Weak U.S. investment hampers Canada's non-energy exports
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The Canadian Pacific railyard is pictured in Port Coquitlam, British Columbia February 15, 2015. REUTERS/Ben Nelms
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By Fergal Smith
TORONTO (Reuters) - Weak U.S. business investment has hampered a long-awaited pick-up in growth of Canada's non-energy exports, economists say, while a weaker Canadian dollar has not helped exports as much as expected.
The dollar has fallen 18 percent against its U.S. counterpart since mid-2014, when the price of oil, one of Canada's major exports, began to collapse.
Canada needs higher non-energy exports from consumer goods to industrial machinery to offset the oil price shock and to reduce the onus on the Canadian consumer to keep spending to support the economy. Higher exports could also reduce the economy's reliance on an overheated housing market.
The weaker currency has helped exports, but the loonie recently gained ground against other currencies from markets such as Mexico, limiting the impact.
"Since the depreciation has been even larger in Mexico, more of those (U.S.) imports are going to Mexico rather than Canada," said Nathan Janzen, senior economist at Royal Bank of Canada.
Over the same period since mid-2014, the Mexican peso has lost 29 percent of its value against the U.S. dollar.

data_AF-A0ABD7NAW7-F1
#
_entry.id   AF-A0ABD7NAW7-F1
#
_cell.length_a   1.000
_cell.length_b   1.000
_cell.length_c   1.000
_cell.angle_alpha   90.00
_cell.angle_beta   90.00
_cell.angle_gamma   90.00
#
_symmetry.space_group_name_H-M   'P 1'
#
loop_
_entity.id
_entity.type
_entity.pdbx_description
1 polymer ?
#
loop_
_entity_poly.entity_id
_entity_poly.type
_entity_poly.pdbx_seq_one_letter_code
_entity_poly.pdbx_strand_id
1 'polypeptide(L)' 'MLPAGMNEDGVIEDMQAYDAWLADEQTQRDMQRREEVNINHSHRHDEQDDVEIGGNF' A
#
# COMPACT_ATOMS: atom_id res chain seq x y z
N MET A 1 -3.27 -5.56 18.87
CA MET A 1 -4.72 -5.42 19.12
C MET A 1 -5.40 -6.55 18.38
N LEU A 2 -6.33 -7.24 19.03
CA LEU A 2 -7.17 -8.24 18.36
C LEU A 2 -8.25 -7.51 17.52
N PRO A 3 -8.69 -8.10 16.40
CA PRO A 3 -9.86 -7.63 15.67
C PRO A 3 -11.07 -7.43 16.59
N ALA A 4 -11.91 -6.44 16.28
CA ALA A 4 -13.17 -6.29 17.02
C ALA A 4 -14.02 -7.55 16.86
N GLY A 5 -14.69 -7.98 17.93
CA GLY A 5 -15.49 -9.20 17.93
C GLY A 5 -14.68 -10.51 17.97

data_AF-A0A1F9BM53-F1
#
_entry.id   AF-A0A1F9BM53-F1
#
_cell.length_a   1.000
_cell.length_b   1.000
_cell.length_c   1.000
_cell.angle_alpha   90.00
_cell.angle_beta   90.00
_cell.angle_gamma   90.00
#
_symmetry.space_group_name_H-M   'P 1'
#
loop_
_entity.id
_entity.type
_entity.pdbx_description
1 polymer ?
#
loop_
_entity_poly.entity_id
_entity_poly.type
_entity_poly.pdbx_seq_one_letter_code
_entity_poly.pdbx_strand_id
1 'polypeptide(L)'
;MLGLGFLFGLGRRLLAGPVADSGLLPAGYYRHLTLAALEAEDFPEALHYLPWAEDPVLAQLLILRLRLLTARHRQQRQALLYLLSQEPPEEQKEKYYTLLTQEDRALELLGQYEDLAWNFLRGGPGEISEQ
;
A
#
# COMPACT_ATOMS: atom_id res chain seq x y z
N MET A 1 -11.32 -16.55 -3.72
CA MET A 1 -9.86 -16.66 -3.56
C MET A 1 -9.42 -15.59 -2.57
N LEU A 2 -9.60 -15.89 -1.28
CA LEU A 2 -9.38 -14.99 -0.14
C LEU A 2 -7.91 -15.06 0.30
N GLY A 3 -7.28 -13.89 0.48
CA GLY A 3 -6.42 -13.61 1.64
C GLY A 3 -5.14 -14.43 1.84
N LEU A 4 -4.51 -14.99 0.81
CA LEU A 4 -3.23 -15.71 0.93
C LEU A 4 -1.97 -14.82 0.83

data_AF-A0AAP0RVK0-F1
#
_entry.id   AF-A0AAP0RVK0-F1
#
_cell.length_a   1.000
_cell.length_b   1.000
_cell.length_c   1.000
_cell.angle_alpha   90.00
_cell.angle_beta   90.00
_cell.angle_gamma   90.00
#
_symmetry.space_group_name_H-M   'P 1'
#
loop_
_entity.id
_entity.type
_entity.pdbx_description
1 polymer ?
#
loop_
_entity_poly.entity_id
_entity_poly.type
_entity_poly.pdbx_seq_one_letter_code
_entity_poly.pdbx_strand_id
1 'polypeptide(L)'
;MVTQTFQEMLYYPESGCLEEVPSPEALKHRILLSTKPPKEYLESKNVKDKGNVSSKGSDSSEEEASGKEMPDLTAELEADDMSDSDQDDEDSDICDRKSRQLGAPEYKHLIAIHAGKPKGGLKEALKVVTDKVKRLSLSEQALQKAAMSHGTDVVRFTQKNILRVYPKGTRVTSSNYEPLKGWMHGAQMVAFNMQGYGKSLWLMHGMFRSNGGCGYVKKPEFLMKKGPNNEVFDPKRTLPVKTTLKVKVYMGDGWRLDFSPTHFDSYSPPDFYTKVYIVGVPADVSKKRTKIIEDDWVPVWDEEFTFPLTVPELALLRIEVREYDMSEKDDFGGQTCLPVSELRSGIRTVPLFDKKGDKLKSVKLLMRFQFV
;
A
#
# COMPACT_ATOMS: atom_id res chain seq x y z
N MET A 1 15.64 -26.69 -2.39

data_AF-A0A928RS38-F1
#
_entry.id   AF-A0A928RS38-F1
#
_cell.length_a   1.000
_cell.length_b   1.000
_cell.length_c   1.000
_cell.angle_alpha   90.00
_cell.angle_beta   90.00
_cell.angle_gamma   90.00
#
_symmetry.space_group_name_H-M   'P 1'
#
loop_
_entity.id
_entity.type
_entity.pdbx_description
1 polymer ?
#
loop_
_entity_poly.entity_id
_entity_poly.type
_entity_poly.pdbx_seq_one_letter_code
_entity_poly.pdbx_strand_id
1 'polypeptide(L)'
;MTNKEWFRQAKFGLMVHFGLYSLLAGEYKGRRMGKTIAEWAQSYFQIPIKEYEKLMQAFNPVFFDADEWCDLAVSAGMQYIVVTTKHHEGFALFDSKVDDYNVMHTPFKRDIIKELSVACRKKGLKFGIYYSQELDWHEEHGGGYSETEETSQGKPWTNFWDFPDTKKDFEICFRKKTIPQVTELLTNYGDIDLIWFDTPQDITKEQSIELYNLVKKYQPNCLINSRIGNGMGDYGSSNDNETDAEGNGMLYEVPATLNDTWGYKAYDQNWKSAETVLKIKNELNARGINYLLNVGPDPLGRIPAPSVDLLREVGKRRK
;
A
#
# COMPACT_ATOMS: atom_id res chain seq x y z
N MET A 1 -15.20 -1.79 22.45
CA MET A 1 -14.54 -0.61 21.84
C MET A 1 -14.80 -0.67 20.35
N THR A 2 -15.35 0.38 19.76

"There is also the impact from losing a lot of manufacturing capacity. So we don't have as many exporters to take advantage of a cheap Canadian dollar," said Nick Exarhos, economist at CIBC Capital Markets.
The Bank of Canada has been counting on an uptick in non-energy exports for the economy to meet its growth projections. But the latest trade data for June revealed a drop for those shipments.
"The weak link at this point is really in the sectors that are primarily exposed to business investment, so things like machinery, things like aerospace and railroads, non-automotive transportation equipment," said Michael Dolega, senior economist at TD Bank Group.
U.S. business spending on equipment contracted in the second quarter for a third straight quarter as cheap oil squeezed energy sector profits, forcing companies to cut capital spending, while an inventory drawdown also weighed on growth.
"Because U.S. consumers of our exports are flush with inventories there is not much demand pull right now for more imports from Canada," Exarhos said.
Still, economists expect Canada's non-energy exports to improve.
"Our forecasts assume that U.S. business investment will start to pick up again, even over the second half of this year as the oil and gas disruptions fade and domestic demand continues to grow, so driving the need to increase capacity," said RBC's Janzen.
(Reporting by Fergal Smith; Editing by Leslie Adler)
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